New Cancer Council research has found that it would be cost-effective to routinely test bowel cancer cases for Lynch syndrome, a hereditary condition that significantly increases risk of bowel and potentially cancer at other sites. This strategy would save lives, increase awareness of this hereditary genetic mutation, and ultimately help reduce the burden on the Australian healthcare system by preventing or diagnosing more cancers earlier.
Lynch syndrome is a mistake in a person’s genes, usually inherited from a parent, and affects around 1 in 280 Australians. Mismatch repair genes help protect against the development of cancer cells, so someone with a mutation has a greatly increased chance of developing more than one aggressive cancer during their life, often at a younger age than the general population. Lynch syndrome is associated with an increased risk of up to twelve different cancers but most commonly bowel and endometrial cancers. If Lynch syndrome is confirmed in one family member, genetic testing can be made available to at-risk relatives and lifestyle and surveillance risk management can reduce the number of cancers in that family
The new study found that routine testing of all bowel cancers in Australia for Lynch syndrome would be cost-effective and has the potential to prevent 80 bowel cancer deaths per year. This would also result in around 10-13% more colonoscopies in Australia per year targeted to people diagnosed with Lynch syndrome-related bowel cancer and their relatives who tested positive for Lynch syndrome. The cost-effectiveness ratio would range between A$28,915 to A$31,904/life-year saved (LYS), which is well within Australia’s indicative willingness-to-pay threshold of A$30,000-A$50,000/LYS.
Karen Canfell, Chair of the Cancer Council Australia Cancer Screening and Immunisation Committee and Adjunct Professor at the University Sydney, senior author of the study, said that the results supported efforts to introduce routine Lynch syndrome testing for new bowel cancer cases. Professor Robyn Ward, Executive Dean Medicine and Health, University of Sydney and co-author commented that continued improvements in technology coupled with a better understanding of the genetic basis of some cancers made screening for hereditary cancers feasible.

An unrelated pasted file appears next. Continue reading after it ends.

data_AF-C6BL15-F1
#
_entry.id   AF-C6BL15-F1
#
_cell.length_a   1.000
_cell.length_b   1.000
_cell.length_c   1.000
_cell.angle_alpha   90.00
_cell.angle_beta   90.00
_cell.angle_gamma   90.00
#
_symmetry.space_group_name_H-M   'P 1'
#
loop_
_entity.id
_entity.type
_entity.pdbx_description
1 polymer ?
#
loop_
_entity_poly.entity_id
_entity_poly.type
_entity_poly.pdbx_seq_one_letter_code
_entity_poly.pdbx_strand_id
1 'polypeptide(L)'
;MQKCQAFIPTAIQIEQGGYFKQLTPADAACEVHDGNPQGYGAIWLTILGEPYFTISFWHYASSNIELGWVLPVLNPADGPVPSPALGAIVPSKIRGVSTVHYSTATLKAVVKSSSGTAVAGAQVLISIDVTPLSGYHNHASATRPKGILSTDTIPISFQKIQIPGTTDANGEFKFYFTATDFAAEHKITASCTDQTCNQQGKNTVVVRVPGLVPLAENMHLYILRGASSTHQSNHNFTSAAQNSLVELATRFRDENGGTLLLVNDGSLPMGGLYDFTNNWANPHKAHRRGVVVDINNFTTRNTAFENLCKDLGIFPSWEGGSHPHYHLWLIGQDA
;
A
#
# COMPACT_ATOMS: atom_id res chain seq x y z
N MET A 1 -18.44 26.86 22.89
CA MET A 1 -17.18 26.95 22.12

“There were around 16,000 bowel cancer cases in Australia last year and despite the fact that almost 3% of these would have been linked to Lynch syndrome most people have still never heard of the condition,” Karen Canfell said. “Other countries, such as the UK, already recommend routine testing for Lynch syndrome in bowel cancer cases. Currently, the availability and practice of Lynch syndrome testing varies substantially around the country.”
“This study shows us that not only would routine testing for Lynch syndrome save lives, but it would be cost-effective to do so.”
Susan Morris, Executive Director at Lynch Syndrome Australia has experienced first-hand the impact of this genetic condition and would love to see awareness raised among the general public, professional health networks and at a government level.
“Lynch syndrome has been in my family for at least four generations,” said Susan Morris. “And, because Lynch syndrome-related cancers are fast-growing, knowing that you are risk and having regular checks, are vital. Out of the 100,000 Australians estimated to have a Lynch syndrome gene mutation, only about 5% of us know we are affected. Finding and protecting these families is our first priority. One of the most efficient ways to find those at risk is to test everyone with bowel cancer to see if they might have this mistake in one of their genes.
“Lynch Syndrome Australia research has found that those who know they are at risk are far more likely to undergo regular colonoscopies and other check-ups, which in turn can lead to prevention or early detection. It is much cheaper for the Health system – and much better for us – to test bowel cancer samples in a laboratory, offer genetic counselling and regular colonoscopies than to treat advanced bowel cancer.
“It’s time for Australia to start taking Lynch syndrome seriously. It is, after all, the country’s most common hereditary cancer-causing condition.”
Cancer Council researchers are also taking the next step to address variability in Lynch syndrome clinical practice through our implementation research which aims to ensure all CRC patients carrying the Lynch syndrome gene are identified.
Cancer Council encourages families with a high occurrence of the types of cancer associated with Lynch syndrome to see their general practitioner and ask about genetic testing, see a genetic counsellor, or call 13 11 20 for more information.